Tesla’s secret master plan was never really a secret. Tesla’s original plan, laid out in a 2006 blog post, was to build an electric sports car, plow profits from its sales into a more affordable car, build an even more affordable one and then deploy infrastructure to power them with carbon-free electricity.
Remarkably, in the last ten years, Tesla has achieved three of the four goals with the release of the Roadster, Model S, Model X, the spread of its super charger stations and pending acquisition of Solar City. It only needs to build the mass-market Model III vehicle to achieve the last (something some think Tesla will not pull off).
But the bar just got higher. In a post on Wednesday night (July 20), Tesla’s CEO Elon Musk outlined what it would take to fulfill the promise he made ten years ago: build a transportation fleet powered by solar energy to wean humanity off fossil-fuel powered cars.
Musk’s four-point plan is designed to move Tesla from its present, precarious state as a small manufacturer of luxury electric cars to the world’s dominant supplier of clean, autonomous transport, and an electricity source for millions of businesses and homes.
Deliver solar power to the masses
The first order of business, he writes, is solar power. Tesla will offer a one-stop shop to make “the individual…their own utility and then scale that throughout the world.”
Musk now has all the pieces he needs to: the Powerwall battery and Gigafactory battery plant, the pending acquisition of solar panel installation and financing firm SolarCity, and a fleet of Tesla vehicles with mobile batteries.
By building a seamless network of rooftop solar panels with home batteries and vehicles, Tesla hopes to eliminate the friction of piecing together expensive providers, hardware and technology that’s kept solar adoption under 1% of US homes. All of this will disappear into a single package that customers can just walk into a Tesla store and order.
Vehicles any home or business can buy
Tesla’s lineup of sedans and SUVs only appeal to a fraction of the automobile market. Musk wants all of it. The company will produce a compact SUV, pickup truck, and the mass-market Model 3 for consumers who want something besides an expensive sedan. Commercial vehicles will follow, including buses and a heavy-duty truck, the Tesla Semi. These should be ready for unveiling next year.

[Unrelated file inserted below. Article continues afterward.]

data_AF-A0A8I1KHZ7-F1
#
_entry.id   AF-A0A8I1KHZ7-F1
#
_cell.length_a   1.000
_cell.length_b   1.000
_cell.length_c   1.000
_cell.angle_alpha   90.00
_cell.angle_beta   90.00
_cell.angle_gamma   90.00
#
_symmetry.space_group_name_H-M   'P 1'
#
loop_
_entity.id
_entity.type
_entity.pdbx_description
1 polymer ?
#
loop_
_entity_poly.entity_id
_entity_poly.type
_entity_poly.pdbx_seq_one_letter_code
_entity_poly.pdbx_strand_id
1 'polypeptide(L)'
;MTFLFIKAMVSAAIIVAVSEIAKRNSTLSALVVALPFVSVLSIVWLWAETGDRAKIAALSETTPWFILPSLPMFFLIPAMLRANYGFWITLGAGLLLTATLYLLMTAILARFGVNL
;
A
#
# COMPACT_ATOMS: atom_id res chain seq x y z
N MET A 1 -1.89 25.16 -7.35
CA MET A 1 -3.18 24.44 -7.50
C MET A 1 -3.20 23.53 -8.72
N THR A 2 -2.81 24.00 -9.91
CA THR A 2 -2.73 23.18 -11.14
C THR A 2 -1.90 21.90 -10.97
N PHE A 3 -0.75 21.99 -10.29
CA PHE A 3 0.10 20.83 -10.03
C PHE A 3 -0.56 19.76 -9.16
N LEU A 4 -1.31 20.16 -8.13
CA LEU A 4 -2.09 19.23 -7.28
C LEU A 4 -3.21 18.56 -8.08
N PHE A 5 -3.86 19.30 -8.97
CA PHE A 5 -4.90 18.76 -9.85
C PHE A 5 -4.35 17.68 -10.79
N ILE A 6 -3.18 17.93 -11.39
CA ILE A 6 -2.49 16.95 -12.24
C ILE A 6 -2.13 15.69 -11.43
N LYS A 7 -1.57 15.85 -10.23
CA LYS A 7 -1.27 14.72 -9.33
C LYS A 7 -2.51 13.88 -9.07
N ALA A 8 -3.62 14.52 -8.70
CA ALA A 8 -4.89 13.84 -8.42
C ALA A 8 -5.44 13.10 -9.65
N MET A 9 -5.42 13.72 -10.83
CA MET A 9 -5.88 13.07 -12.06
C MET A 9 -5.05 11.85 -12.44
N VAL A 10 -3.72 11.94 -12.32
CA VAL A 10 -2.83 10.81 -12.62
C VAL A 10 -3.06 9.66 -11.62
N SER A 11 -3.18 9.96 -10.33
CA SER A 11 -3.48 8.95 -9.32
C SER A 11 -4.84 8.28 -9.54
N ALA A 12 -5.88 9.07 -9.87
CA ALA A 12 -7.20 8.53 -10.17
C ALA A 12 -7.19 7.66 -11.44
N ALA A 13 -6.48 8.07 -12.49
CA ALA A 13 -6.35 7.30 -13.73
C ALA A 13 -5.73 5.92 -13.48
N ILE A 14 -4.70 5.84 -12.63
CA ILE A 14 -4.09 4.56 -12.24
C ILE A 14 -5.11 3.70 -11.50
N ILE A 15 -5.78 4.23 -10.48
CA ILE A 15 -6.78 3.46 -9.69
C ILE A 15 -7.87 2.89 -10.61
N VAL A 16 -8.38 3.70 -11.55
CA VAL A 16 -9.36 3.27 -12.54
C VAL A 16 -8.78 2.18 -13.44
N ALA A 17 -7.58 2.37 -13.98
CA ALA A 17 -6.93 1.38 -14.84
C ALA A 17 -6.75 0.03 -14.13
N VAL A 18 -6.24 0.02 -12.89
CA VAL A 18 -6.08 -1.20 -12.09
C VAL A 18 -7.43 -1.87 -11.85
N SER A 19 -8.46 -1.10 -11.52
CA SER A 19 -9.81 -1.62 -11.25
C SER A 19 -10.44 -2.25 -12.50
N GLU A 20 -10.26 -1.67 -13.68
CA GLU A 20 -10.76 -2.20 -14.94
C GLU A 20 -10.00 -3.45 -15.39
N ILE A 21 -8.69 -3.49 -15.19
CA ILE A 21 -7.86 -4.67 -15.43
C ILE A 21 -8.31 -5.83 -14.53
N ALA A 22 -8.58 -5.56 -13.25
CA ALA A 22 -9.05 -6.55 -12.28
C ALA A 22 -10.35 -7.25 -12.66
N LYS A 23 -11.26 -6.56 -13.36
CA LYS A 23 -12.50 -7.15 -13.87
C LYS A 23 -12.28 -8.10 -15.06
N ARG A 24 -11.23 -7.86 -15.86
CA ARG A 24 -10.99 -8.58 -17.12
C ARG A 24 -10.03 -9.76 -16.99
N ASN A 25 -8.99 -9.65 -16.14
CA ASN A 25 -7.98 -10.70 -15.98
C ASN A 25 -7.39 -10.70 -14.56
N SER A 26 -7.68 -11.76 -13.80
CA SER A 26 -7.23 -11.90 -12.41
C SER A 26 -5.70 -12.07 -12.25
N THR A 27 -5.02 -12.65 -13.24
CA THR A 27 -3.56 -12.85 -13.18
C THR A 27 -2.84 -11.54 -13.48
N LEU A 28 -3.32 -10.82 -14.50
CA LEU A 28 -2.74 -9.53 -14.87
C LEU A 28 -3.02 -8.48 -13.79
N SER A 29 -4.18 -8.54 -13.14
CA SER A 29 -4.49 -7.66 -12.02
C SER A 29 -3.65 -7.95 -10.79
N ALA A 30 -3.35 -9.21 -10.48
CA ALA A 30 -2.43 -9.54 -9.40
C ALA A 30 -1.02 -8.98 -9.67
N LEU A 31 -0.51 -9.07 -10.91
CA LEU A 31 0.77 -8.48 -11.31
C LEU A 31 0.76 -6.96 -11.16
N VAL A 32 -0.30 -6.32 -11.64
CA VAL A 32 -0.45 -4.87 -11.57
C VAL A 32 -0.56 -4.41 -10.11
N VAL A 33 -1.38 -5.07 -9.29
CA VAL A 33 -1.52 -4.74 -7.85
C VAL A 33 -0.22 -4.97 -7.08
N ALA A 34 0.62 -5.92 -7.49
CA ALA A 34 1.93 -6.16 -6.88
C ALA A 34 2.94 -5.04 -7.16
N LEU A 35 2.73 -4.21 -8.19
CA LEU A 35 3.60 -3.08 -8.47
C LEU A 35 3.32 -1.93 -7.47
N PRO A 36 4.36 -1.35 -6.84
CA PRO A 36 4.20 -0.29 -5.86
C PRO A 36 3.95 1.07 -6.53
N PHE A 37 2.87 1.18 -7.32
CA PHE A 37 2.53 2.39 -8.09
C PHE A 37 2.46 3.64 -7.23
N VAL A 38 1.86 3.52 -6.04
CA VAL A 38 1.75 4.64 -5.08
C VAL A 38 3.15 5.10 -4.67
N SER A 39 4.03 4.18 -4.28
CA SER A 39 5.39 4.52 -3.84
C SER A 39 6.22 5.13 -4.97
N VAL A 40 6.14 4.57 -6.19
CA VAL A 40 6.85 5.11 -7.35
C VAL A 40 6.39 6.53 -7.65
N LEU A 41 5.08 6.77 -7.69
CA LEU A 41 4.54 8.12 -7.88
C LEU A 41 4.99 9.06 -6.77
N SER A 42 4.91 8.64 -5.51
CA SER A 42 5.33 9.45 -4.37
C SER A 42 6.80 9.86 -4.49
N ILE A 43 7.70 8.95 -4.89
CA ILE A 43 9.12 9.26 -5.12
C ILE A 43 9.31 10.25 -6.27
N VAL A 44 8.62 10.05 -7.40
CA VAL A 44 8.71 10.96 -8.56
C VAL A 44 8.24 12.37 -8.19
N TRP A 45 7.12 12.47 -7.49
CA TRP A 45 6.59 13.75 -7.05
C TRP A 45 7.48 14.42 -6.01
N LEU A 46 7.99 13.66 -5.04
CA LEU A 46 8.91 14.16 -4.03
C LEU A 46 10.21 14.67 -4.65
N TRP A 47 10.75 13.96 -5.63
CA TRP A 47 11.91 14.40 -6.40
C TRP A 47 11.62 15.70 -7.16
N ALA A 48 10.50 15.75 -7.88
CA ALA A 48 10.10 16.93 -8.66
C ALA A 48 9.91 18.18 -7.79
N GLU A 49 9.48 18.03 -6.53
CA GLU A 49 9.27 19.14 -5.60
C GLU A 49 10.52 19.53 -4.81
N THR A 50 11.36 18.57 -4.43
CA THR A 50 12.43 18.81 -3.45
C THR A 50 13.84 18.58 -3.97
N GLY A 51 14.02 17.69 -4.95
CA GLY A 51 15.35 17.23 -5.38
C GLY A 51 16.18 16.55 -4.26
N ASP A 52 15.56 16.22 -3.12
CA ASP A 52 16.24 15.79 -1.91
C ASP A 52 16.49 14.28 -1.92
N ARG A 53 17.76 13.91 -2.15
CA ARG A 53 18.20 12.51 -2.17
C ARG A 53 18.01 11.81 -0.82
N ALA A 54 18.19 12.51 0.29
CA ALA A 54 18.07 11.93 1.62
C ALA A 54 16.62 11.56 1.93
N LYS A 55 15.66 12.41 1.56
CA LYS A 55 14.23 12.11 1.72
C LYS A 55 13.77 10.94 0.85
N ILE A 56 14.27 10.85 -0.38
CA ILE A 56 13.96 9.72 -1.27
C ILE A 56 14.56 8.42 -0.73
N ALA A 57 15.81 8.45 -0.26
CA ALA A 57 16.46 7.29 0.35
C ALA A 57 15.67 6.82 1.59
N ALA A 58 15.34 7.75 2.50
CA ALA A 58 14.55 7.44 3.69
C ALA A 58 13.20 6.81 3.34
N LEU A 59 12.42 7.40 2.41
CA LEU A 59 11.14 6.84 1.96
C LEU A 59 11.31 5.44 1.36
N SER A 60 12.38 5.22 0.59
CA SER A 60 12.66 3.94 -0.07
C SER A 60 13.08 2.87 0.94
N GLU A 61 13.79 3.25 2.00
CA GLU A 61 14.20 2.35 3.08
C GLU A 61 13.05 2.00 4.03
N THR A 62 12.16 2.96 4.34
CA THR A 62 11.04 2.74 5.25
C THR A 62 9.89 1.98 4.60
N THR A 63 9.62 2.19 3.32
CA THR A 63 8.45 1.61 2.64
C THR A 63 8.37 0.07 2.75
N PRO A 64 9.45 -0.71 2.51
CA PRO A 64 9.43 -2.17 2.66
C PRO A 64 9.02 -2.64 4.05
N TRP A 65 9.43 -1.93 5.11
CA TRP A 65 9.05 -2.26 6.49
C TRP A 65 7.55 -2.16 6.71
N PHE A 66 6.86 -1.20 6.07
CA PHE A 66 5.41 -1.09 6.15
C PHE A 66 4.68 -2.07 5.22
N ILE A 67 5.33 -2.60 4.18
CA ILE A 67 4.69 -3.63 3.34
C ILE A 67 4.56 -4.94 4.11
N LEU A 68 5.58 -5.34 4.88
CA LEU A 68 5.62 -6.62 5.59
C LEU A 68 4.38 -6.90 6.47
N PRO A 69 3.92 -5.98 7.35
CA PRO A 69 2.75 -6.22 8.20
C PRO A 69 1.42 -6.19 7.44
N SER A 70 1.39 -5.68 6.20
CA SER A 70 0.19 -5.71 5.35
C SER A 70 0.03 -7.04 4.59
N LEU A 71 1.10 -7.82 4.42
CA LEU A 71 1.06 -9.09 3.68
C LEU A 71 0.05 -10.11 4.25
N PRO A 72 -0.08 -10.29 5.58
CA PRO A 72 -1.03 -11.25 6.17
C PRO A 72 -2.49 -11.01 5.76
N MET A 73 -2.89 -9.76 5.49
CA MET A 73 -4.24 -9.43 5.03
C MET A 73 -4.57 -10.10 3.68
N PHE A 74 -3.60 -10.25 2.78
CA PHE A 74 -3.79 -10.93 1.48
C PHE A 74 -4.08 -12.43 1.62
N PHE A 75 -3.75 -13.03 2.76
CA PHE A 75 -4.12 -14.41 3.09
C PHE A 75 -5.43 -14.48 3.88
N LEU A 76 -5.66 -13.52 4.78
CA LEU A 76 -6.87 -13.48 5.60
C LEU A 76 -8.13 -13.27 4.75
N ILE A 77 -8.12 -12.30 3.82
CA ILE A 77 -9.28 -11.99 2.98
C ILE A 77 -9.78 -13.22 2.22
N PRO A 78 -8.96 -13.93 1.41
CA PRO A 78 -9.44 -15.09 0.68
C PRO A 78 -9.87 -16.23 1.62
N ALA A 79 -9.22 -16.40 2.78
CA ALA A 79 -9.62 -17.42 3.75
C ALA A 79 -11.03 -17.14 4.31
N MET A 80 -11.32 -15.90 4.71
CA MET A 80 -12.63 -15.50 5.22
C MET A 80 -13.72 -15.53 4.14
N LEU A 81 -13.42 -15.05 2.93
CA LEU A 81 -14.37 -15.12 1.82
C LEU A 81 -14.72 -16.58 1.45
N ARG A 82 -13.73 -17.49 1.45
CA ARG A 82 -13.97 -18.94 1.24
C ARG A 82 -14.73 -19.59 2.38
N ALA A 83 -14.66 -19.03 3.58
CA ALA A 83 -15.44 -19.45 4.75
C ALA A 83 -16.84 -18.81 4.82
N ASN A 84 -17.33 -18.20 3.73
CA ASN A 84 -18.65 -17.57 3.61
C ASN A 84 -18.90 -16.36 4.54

Make them all autonomous
Musk plans to transition Tesla’s fleet from the partially autonomous autopilot to fully self-driving vehicles as soon as regulators and technology permits. There is no timeline for this roll-out, but Musk said it would be “morally reprehensible to delay release simply for fear of bad press or some mercantile calculation of legal liability.”
The recent death of a driver relying on Tesla’s autopilot mode on May 7 has not dimmed his belief that autonomous vehicles are ultimately safer than humans behind the wheel. Tesla cars are logging 3 million miles miles a day on autopilot, and Musk said he expects global regulatory approval once 6 billion miles have been logged. Tesla’s autopilot mode will come out of beta once it’s approximately 10 times safer than the US vehicle average, he said.
Build a fleet of cars anyone can borrow
The last pillar of Musk’s vision is to build a Tesla car-sharing service that invades Uber’s territory. The master plan, he writes, is for Tesla owners to rent out their cars when they’re otherwise idle to help offset the cost of the vehicle so “almost anyone could own a Tesla.”
Most cars are only used less than 10% of the day. So, the logic is, the cost of owning a self-driving car that’s rented out may be a fraction of the cost of a conventional vehicle.
Tesla’s latest goals seem almost untenably ambitious. But the company’s strategy, Musk writes, has always been informed by the astronomical odds against its success.
In 2016, only two US car companies have not gone bankrupt: Ford and Tesla. “Starting a car company is idiotic and an electric car company is idiocy squared,” he writes. Now Tesla is coming under fire from critics for taking excessive risk, poor timing and a dangerous lack of focus. Musk’s new master plan shows how much he has to do to prove them wrong.